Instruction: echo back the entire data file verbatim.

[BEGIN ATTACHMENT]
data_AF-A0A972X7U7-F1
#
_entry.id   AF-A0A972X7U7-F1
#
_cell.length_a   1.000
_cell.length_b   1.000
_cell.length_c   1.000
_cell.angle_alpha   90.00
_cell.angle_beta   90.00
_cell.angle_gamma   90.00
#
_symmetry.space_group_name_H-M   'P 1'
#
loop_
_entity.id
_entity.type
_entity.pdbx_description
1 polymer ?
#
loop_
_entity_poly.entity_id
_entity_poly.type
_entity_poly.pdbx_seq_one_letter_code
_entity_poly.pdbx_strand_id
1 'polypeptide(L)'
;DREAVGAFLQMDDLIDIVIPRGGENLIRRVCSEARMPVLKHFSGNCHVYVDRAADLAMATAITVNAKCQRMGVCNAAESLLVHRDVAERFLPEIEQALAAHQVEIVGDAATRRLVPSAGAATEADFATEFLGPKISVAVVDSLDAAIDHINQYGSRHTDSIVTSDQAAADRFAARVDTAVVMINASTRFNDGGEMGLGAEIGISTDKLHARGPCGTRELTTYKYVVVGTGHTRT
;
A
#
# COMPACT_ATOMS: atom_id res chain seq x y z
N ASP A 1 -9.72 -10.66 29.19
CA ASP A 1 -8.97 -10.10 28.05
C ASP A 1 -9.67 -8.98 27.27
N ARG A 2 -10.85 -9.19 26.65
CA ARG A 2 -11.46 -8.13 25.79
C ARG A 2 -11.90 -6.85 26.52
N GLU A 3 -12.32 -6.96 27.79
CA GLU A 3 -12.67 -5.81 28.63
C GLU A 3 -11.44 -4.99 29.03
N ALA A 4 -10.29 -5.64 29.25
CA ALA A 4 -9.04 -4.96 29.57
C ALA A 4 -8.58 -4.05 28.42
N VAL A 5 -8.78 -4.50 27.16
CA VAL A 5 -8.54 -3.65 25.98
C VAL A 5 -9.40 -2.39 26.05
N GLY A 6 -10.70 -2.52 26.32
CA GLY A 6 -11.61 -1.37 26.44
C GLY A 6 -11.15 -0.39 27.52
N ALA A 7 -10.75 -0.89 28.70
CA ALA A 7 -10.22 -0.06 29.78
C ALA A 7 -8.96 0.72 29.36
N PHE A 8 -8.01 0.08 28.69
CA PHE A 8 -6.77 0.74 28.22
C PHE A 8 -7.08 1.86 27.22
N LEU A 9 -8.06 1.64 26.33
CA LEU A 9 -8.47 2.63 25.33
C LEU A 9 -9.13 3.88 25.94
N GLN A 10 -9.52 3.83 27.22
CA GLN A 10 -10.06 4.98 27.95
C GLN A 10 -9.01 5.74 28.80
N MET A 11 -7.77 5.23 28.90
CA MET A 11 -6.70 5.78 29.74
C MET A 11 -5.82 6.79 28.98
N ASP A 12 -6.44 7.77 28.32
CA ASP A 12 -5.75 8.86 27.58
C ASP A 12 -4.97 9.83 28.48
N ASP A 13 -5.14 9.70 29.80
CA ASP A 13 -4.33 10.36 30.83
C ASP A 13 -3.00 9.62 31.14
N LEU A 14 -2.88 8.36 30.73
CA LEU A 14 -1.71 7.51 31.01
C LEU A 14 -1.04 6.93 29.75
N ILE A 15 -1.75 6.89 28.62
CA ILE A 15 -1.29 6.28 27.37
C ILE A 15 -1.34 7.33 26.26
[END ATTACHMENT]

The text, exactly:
data_AF-A0A972X7U7-F1
#
_entry.id   AF-A0A972X7U7-F1
#
_cell.length_a   1.000
_cell.length_b   1.000
_cell.length_c   1.000
_cell.angle_alpha   90.00
_cell.angle_beta   90.00
_cell.angle_gamma   90.00
#
_symmetry.space_group_name_H-M   'P 1'
#
loop_
_entity.id
_entity.type
_entity.pdbx_description
1 polymer ?
#
loop_
_entity_poly.entity_id
_entity_poly.type
_entity_poly.pdbx_seq_one_letter_code
_entity_poly.pdbx_strand_id
1 'polypeptide(L)'
;DREAVGAFLQMDDLIDIVIPRGGENLIRRVCSEARMPVLKHFSGNCHVYVDRAADLAMATAITVNAKCQRMGVCNAAESLLVHRDVAERFLPEIEQALAAHQVEIVGDAATRRLVPSAGAATEADFATEFLGPKISVAVVDSLDAAIDHINQYGSRHTDSIVTSDQAAADRFAARVDTAVVMINASTRFNDGGEMGLGAEIGISTDKLHARGPCGTRELTTYKYVVVGTGHTRT
;
A
#
# COMPACT_ATOMS: atom_id res chain seq x y z
N ASP A 1 -9.72 -10.66 29.19
CA ASP A 1 -8.97 -10.10 28.05
C ASP A 1 -9.67 -8.98 27.27
N ARG A 2 -10.85 -9.19 26.65
CA ARG A 2 -11.46 -8.13 25.79
C ARG A 2 -11.90 -6.85 26.52
N GLU A 3 -12.32 -6.96 27.79
CA GLU A 3 -12.67 -5.81 28.63
C GLU A 3 -11.44 -4.99 29.03
N ALA A 4 -10.29 -5.64 29.25
CA ALA A 4 -9.04 -4.96 29.57
C ALA A 4 -8.58 -4.05 28.42
N VAL A 5 -8.78 -4.50 27.16
CA VAL A 5 -8.54 -3.65 25.98
C VAL A 5 -9.40 -2.39 26.05
N GLY A 6 -10.70 -2.52 26.32
CA GLY A 6 -11.61 -1.37 26.44
C GLY A 6 -11.15 -0.39 27.52
N ALA A 7 -10.75 -0.89 28.70
CA ALA A 7 -10.22 -0.06 29.78
C ALA A 7 -8.96 0.72 29.36
N PHE A 8 -8.01 0.08 28.69
CA PHE A 8 -6.77 0.74 28.22
C PHE A 8 -7.08 1.86 27.22
N LEU A 9 -8.06 1.64 26.33
CA LEU A 9 -8.47 2.63 25.33
C LEU A 9 -9.13 3.88 25.94
N GLN A 10 -9.52 3.83 27.22
CA GLN A 10 -10.06 4.98 27.95
C GLN A 10 -9.01 5.74 28.80
N MET A 11 -7.77 5.23 28.90
CA MET A 11 -6.70 5.78 29.74
C MET A 11 -5.82 6.79 28.98
N ASP A 12 -6.44 7.77 28.32
CA ASP A 12 -5.75 8.86 27.58
C ASP A 12 -4.97 9.83 28.48
N ASP A 13 -5.14 9.70 29.80
CA ASP A 13 -4.33 10.36 30.83
C ASP A 13 -3.00 9.62 31.14
N LEU A 14 -2.88 8.36 30.73
CA LEU A 14 -1.71 7.51 31.01
C LEU A 14 -1.04 6.93 29.75
N ILE A 15 -1.75 6.89 28.62
CA ILE A 15 -1.29 6.28 27.37
C ILE A 15 -1.34 7.33 26.26